Knowing when to hold 'em.

Member
Posts: 40
Joined: 2004.12
Post: #1
When those of you with more experience were starting out, how did you know when you should throw out your current project/code base for something that is better that would allow you to develop more effeciently, or to keep hacking out the program and have a ugly code base that works but may not be easy to correct or make adjustments to?

Jericho
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Member
Posts: 370
Joined: 2002.04
Post: #2
Throw it out if you spend more time working around stupid hacks than you do creating new code (or stupid hacks Rasp )

Did you ever wonder why we had to run for shelter when the promise of a brave new world unfurled beneath the clear blue sky?
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Member
Posts: 131
Joined: 2004.10
Post: #3
Joel on Software has some good articles applicable to any programming.
Things You Should Never Do, Part I
http://www.joelonsoftware.com/articles/f...00069.html

Note though, a lot of new programmers have to find things out before finding a right way to do it. Sure a lot of code may be tossed on the floor as being rubbish but there is probably quite a bit that is still salvagable. You've done a lot of work already, then try to reuse some of it, just refactor it into something more coherent.

Even skilled/pro programmers starting out in a domain they know nothing about will do things stupidly until they figure it out.
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Oldtimer
Posts: 832
Joined: 2002.09
Post: #4
I'd never throw out everything completely and rewrite from actual scratch. Sure, I'm rewriting my engine right now, but that is a structural rewrite, and a change of API:s. There is still so much stuff in there that is absolutely great, and I'm keeping the good parts. You should too. Smile
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Sage
Posts: 1,403
Joined: 2005.07
Post: #5
I wrote a 2D version of slicer in Java, then a proof of concept type thing with OpenGL. Then realised the majow flaws and did a rewrite to get what ive got now.
I have though extended and extended programs until they were terrible, it just depends on how you feel. I mean really it would be best to re-write any faulty code rather than provide ad-hoc fixes that arent as good solutions as you can think of, but it takes time some times that you might not have.

Sir, e^iπ + 1 = 0, hence God exists; reply!
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DoG
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Posts: 869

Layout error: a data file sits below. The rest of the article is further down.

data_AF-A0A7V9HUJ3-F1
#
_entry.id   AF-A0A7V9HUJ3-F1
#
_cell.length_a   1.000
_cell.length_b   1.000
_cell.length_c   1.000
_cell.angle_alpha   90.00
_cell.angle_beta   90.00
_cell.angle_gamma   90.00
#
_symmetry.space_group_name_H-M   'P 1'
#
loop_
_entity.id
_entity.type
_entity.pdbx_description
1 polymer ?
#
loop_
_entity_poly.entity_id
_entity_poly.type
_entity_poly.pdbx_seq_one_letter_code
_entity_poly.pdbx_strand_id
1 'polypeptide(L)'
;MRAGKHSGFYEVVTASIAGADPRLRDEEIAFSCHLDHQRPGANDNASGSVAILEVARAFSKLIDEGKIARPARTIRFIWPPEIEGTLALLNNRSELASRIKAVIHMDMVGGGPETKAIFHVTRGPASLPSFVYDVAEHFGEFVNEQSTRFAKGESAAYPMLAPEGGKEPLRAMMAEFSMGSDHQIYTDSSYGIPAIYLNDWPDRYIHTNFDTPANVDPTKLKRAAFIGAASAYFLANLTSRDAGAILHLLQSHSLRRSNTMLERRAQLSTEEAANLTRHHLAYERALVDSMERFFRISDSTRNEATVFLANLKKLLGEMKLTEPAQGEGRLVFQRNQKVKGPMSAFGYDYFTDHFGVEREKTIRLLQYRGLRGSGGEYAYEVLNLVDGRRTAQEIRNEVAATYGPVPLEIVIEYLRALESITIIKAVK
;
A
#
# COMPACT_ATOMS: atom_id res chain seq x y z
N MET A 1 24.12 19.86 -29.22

Joined: 2003.01
Post: #6
Really, no code is wasted, even if you end up not using it. You learn (least I bloody hope so) from doing it. Rewriting something from scratch can be a very good thing. In your first design, you have likely made plenty mistakes simply because you had no idea what you had to do to reach your goal, or didn't even know what your goal was. If you try and fix things, you are likely to end up keeping fixing things forever.

By starting over, you have the chance to correct fundamental mistakes. And you can end up with a much leaner and meaner codebase to build upon. 2 years ago I rewrote a 15,000 line project of mine in a week, by starting from scratch, and ended up having the same functionality in only about 5,000 lines of code, and I could continue development at a much faster pace than with the previous spaghetti code.

I think if you discover fundamental mistakes in your approach, it's worthwile starting over. It doesn't mean you have to throw away everything, just start clean, and later merge the things that went right before into the new codebase.

However, if you haven't got a clue what's wrong, or what you could do better, starting over isn't likely to help.

And, before I forget: I usually throw something away when it's no longer fun to work on it. It's my hobby, and it better be bloody fun. Commercial projects are a different thing, but as long as you can, trust your instincts.

</end of rant>
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Sage
Posts: 1,403
Joined: 2005.07
Post: #7
Dog: on a much smaller scale Im on parallel to that, I thirded the size of the code and increased its efficiency fourfold and wrote it about five times the speed.. actually, Rasp
So I think people shouldnt be daunted when the idea of rewriting code comes up, if you can improve somthing, you really should..

Sir, e^iπ + 1 = 0, hence God exists; reply!
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